N.      Who        N.     Which
                  P.     Whose       P.     Whose
                  O.      Whom       O.     Which

_Who_, _which_ and _what_ when used to ask questions are called
_Interrogative Pronouns_.

_Adjective_ Pronouns partake of the nature of adjectives and pronouns and
are subdivided as follows:

_Demonstrative Adjective Pronouns_ which directly point out the person or
object. They are _this_, _that_ with their plurals _these_, _those_, and
_yon_, _same_ and _selfsame_.

_Distributive Adjective Pronouns_ used distributively. They are _each_,
_every_, _either_, _neither_.

_Indefinite Adjective Pronouns_ used more or less indefinitely. They are
_any_, _all_, _few_, _some_, _several_, _one_, _other_, _another_, _none_.

_Possessive Adjective Pronouns_ denoting possession. They are _my_, _thy_,
_his_, _her_, _its_, _our_, _your_, _their_.

N. B.--(The possessive adjective pronouns differ from the possessive case
of the personal pronouns in that the latter can stand _alone_ while the
former _cannot_. "Who owns that book?" "It is _mine_." You cannot say "it
is _my_,"--the word book must be repeated.)


A _verb_ is a word which implies action or the doing of something, or it
may be defined as a word which affirms, commands or asks a question.

Thus, the words _John the table_, contain no assertion, but when the word
_strikes_ is introduced, something is affirmed, hence the word _strikes_
is a verb and gives completeness and meaning to the group.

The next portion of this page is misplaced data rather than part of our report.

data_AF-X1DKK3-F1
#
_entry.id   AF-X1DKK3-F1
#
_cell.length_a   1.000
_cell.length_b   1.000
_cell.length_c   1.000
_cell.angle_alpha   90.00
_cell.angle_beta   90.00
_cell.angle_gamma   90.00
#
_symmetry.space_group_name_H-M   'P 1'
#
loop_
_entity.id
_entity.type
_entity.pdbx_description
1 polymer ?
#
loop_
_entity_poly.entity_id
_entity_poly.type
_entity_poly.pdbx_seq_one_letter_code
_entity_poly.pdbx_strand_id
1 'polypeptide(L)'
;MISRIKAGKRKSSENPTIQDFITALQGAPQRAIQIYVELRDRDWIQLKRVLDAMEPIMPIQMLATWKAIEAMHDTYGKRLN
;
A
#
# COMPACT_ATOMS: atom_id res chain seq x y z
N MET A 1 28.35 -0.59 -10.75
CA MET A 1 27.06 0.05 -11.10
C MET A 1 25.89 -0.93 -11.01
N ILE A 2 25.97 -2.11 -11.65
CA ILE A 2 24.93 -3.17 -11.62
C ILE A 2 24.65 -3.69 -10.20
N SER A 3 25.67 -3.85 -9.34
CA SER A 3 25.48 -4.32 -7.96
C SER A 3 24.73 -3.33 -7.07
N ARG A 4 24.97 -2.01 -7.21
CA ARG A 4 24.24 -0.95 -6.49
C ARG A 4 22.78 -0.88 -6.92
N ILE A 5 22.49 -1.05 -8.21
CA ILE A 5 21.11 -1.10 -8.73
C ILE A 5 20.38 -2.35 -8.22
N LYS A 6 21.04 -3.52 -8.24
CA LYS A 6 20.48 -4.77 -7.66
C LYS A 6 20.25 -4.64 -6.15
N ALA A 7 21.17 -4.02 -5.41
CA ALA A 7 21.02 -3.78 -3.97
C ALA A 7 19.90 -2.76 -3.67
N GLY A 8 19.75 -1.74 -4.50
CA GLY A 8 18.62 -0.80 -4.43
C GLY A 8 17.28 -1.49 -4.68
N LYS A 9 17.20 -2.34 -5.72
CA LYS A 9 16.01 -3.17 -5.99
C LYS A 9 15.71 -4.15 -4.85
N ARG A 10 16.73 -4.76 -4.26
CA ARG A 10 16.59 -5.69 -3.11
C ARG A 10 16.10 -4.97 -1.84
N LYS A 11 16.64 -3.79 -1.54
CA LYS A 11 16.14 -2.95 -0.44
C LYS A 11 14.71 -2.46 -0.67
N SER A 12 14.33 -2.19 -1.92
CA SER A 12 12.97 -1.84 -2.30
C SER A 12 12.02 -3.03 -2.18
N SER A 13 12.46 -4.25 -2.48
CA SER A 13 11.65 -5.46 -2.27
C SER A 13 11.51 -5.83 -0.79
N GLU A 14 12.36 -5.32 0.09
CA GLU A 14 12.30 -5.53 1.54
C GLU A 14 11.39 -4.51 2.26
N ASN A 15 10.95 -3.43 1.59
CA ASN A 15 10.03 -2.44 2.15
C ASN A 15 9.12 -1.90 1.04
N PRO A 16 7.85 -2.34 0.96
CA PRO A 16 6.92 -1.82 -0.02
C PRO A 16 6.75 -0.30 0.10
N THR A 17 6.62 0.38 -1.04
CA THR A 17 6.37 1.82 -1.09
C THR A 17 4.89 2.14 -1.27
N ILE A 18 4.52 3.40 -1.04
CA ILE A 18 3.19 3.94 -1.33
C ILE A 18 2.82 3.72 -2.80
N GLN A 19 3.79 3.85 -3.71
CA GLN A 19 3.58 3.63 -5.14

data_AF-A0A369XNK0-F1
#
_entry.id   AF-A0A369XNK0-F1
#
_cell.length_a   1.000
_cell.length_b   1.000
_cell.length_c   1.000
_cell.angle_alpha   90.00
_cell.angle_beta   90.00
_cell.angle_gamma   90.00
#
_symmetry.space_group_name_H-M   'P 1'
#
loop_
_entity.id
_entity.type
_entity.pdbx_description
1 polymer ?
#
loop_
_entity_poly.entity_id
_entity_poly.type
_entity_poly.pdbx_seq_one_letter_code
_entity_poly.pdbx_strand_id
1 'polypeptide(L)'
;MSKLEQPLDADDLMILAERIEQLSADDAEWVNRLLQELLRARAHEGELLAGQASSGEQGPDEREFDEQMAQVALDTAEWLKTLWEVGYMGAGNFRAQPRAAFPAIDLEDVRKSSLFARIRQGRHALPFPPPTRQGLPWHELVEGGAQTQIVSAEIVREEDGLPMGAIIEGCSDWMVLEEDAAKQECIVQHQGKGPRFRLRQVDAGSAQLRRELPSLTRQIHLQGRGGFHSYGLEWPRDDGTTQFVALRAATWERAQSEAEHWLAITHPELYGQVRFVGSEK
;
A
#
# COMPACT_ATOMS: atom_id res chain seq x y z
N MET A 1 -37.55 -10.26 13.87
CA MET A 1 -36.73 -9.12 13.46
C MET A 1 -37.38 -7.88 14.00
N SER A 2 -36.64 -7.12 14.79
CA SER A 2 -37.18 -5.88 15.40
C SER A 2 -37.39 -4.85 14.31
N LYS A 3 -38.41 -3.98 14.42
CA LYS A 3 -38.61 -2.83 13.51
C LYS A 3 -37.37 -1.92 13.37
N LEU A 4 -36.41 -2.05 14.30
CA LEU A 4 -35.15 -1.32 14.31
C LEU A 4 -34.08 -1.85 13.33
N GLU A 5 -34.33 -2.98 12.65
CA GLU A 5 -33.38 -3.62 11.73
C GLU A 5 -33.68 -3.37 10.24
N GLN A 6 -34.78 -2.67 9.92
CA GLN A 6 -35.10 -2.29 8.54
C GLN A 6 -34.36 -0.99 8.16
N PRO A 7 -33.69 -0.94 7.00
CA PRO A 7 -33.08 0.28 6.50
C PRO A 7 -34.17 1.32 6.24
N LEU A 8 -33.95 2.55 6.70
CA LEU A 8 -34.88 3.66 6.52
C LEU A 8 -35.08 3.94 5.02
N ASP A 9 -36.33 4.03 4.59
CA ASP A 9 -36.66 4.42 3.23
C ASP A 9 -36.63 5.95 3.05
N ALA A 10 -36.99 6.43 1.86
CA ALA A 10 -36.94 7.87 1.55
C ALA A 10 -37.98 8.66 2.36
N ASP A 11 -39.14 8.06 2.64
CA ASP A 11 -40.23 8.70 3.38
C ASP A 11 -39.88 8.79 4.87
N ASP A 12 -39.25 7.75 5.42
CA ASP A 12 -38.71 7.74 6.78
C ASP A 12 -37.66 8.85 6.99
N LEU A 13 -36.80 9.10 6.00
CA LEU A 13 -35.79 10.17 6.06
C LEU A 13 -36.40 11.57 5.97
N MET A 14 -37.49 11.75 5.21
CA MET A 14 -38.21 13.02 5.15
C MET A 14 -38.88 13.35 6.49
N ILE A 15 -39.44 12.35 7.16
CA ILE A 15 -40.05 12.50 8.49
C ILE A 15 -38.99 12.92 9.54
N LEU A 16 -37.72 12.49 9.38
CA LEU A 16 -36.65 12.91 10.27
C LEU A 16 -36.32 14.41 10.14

The simple form of the verb without inflection is called the _root_ of
the verb; _e. g. love_ is the root of the verb,--"To Love."

Verbs are _regular_ or _irregular_, _transitive_ or _intransitive_.

A verb is said to be _regular_ when it forms the past tense by adding
_ed_ to the present or _d_ if the verb ends in _e_. When its past tense
does not end in _ed_ it is said to be _irregular_.

A _transitive_ verb is one the action of which passes over to or affects
some object; as "I struck the table." Here the action of striking
affected the object table, hence struck is a transitive verb.

An _intransitive_ verb is one in which the action remains with the subject;
as _"I walk,"_ _"I sit,"_ _"I run."_

Many intransitive verbs, however, can be used transitively; thus, "I _walk_
the horse;" _walk_ is here transitive.

Verbs are inflected by _number_, _person_, _tense_ and _mood_.

_Number_ and _person_ as applied to the verb really belong to the
subject; they are used with the verb to denote whether the assertion is
made regarding one or more than one and whether it is made in reference
to the person speaking, the person spoken to or the person or thing